The second machine should be a higher end box with lots of RAM and dual monitors. The developer should have full admin rights {edit} at their disposal {/edit} to this box. There should be enough hard drive space to store a few full backups (or VMs) so that the developer need not fear trying something that may destroy their environment. The constant install/removal of different libraries and trial software renders a workstation quite unstable after a while. It should be as painless as possible for the developer to backup and restore this box.

You can use a KVM to limit the number of monitiors/keyboard/mouse needed to a single set for the workspace.

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May I suggest instead of giving the developers full admin rights, you instead give them regular rights (they use their regular account) but give them a local account that does have admin rights. They are not to program using the admin account (there are of course, exceptions), but use it to do those admin things they may need (network changes, install/remove applicaitons, etc) –  shufler Sep 9 '09 at 21:15
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I'd rather have one big machine with two monitors and enough RAM, CPU and disk space for free virtualization (VirtualBox). Why buy more physical hardware when free virtualization works just as well? –  osij2is Sep 9 '09 at 21:30
    
I like the 2 machine idea, but I would suggest that the standard box should become a mandatory test platform. Their own primary development boxes will have lots of extra software installed, so enforcing testing on a standard PC config will help a lot to weed out prerequisite issues. –  Darth Satan Sep 9 '09 at 22:01
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I define "have full admin rights" to mean that they have full admin rights at their disposal. Anyone who uses an admin account for regular work gets what they deserve. I agree that if the developer is writing desktop software that it should be tested on a typical desktop not an enhanced and undocumented developer desktop. I typically write server software and so a typical server environment (or as close as you can come on a local VM) is the best choice for initial developer testing. –  Chris Nava Sep 10 '09 at 4:53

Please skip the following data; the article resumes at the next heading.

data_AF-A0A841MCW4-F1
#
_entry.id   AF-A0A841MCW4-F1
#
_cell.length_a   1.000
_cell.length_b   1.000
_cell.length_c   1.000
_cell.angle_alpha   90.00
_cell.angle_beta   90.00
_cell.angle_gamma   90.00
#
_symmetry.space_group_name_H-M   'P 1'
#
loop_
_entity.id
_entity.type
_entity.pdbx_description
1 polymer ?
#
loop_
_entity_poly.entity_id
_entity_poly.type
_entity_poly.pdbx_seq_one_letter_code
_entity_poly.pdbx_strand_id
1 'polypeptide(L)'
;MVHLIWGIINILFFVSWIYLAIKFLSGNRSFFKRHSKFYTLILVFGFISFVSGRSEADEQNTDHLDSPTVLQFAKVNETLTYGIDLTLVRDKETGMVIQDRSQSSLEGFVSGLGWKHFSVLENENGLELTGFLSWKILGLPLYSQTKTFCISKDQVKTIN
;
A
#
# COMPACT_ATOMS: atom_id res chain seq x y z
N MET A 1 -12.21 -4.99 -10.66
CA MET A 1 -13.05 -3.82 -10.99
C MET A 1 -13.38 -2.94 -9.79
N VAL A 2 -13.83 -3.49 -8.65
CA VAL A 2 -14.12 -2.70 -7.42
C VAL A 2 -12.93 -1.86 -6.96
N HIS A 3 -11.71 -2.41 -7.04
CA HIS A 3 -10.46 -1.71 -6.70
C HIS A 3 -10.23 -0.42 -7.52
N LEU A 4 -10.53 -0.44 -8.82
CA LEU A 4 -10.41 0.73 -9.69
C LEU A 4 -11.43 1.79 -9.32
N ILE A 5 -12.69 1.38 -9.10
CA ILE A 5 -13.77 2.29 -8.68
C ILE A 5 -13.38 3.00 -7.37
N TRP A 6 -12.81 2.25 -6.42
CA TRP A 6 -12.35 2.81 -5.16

Giving them admin rights gives them the ability to screw the box up so it should never be considered a reliable pre-production test environment. There should always be a clean QA test environment that the developer has only user level access to (plus log reading ability.) –  Chris Nava Sep 10 '09 at 4:56

I would also suggest you to collect some feedback from users. Set up an internal company forum/poll and let users complain about what they lack and motivate why they shall get what they are asking for.

After all, your goal is to make their job easier, isn't it? By getting feedback from users, chances that you'll miss some important details before the decisions go final, will decrease a lot.

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The appropriate machine is the one that most efficiently allows them to do their job, as defined by the employer. You should really be discussing this with the users who will be affected, not us. Once they tell you what they think they should have get them to justify it all. As an example, one dev at a former job tried to tell me he couldn't possibly work with less than two computers, with 2 monitors on each, yet couldn't come up with a single real reason for needing the second machine, as we already had a dedicated build machine.

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I would recommend changing your setup and to adopt a cluster methodology. The local machines could be the cheapest and dumbest terminals if they are backed by powerful servers and a high-speed network.

I have seen just such a setup work at my university, where the students get to run lots of engineering design tools and simulation software off the grid on pretty old and low-end terminals that were donated by a corporation.

The software all start and run very quickly.

A very quick and easy way of improving build speeds is by adopting distcc to distribute compilation of your code. If every developer machine runs it, every developer machine becomes a compilation node and helping their fellow developers compile fast.